When you hear the phrase, “female breadwinner,” what image comes to mind? A woman in a power suit marching into a boardroom and working late into the evening to return home to tuck her kids into bed and then pour herself a glass of merlot as she taps away on her laptop, bringing the office home with her?

Whatever you may think you know about women who are the top household earners, you may need to reformulate that thought. Let’s unravel a few of the misconceptions society holds about female breadwinners.


1. They’re not responsible for any home-management tasks

It’s popular belief that a female breadwinner has a male partner at home who has taken over the household and family responsibilities that are so readily attributed to a woman’s role. But that’s far from the case.

Data from the American Community Survey found that among married, heterosexual couples in the U.S., a quarter of wives are the primary breadwinners in their family. And yet, according to a 2019 Gallup poll, a majority of women are still doing the majority of the household tasks. And of those household tasks, traditional gender roles are still certainly at play with women tending toward duties such as caring for children and laundry, while men are more likely to do the majority of yardwork and vehicle maintenance. Further, the same Gallup study showed in households where both parents work, men shoulder slightly more of the burden of chores than do men in single-income households.

So even if a woman is the breadwinner of her household, she’s not likely to be free of all household duties. It’s also naive to believe that female breadwinners have a partner at home. While Prudential’s study on the Financial Experiences and Behaviors Among Women claims that of the women surveyed, 44% are the breadwinners in their family, but 33% of respondents are either single, divorced, or widowed. This means that approximately one-third of respondents are the sole earners of their household. The reality is that even if women are the top earners of their household, they are still shouldering quite a bit of household responsibilities.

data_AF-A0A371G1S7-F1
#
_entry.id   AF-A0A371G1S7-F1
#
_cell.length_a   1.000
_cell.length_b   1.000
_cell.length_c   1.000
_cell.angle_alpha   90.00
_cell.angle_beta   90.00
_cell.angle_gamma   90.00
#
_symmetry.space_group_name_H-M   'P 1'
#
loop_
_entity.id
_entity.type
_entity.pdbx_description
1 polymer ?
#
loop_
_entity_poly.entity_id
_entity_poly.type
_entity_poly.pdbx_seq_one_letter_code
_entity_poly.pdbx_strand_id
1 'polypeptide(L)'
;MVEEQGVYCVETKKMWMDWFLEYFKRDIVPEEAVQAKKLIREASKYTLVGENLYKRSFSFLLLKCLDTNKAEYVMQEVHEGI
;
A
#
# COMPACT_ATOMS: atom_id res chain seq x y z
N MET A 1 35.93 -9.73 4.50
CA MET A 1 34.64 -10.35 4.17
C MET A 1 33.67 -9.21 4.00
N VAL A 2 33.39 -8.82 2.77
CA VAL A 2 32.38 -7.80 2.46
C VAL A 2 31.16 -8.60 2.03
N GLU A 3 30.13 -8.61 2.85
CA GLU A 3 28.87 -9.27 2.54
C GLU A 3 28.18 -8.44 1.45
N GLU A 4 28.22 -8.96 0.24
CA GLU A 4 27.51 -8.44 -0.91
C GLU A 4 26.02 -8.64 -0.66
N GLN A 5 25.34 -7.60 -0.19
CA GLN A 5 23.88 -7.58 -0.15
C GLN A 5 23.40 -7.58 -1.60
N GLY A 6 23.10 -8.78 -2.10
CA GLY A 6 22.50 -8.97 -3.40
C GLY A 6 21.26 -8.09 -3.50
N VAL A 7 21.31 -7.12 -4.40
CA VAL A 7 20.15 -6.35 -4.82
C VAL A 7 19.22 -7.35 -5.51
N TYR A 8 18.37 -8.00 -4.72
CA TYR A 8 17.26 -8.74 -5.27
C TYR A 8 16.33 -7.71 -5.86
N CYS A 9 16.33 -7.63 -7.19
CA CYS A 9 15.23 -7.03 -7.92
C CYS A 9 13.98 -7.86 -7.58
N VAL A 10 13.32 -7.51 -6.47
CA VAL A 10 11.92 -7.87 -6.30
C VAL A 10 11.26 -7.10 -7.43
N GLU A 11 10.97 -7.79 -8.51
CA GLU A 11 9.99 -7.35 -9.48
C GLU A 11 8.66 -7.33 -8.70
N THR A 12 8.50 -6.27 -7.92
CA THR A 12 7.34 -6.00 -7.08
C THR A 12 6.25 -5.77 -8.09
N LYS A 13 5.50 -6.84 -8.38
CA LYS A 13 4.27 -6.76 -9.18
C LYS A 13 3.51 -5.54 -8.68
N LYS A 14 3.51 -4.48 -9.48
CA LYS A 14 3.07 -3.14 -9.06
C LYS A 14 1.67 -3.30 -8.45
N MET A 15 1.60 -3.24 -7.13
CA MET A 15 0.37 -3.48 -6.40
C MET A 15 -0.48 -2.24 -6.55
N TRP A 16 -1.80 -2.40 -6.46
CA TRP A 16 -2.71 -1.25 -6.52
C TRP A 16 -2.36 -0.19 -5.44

2. They’re power-driven and don’t make family a priority

Most children who grow up in the United States today will be raised in households in which all of the adults work. They are most likely to be raised by a single working parent or two married parents who are both employed, and only a minority of children will grow up in families with a full-time, stay-at-home parent throughout their childhood. Hedging against traditional gender roles and stereotypes, a Gallup study found that the majority of women prefer to work outside of the home. Despite this, the lack of preference for tending to household duties does not equate to women being less involved and interested in their families. Striving for a successful career and caring for your children are not mutually exclusive. There is time and value in both. And many female breadwinners find satisfaction in both.


3. Women can’t manage their money

Despite working women’s significant contributions to our economy, far too many don’t have confidence in their financial management capabilities. While 45% of men feel well-prepared to make financial decisions, only 23% of women felt the same. Many women simply feel unprepared for what will happen when they stop working. Despite women’s knowledge and experience in finance, many women get stuck in misconceptions that keep them from gaining confidence in their financial decisions.


Working with women in transition, whether it is divorce, a bread-winning promotion, or the loss of a spouse, our goal at Hiley Hunt is to empathize, educate, and advocate for women to be confident in their financial decisions and build wealth to help them meet their goals. If you’re looking for guidance on your financial investments and decisions, contact us to set up an introductory meeting.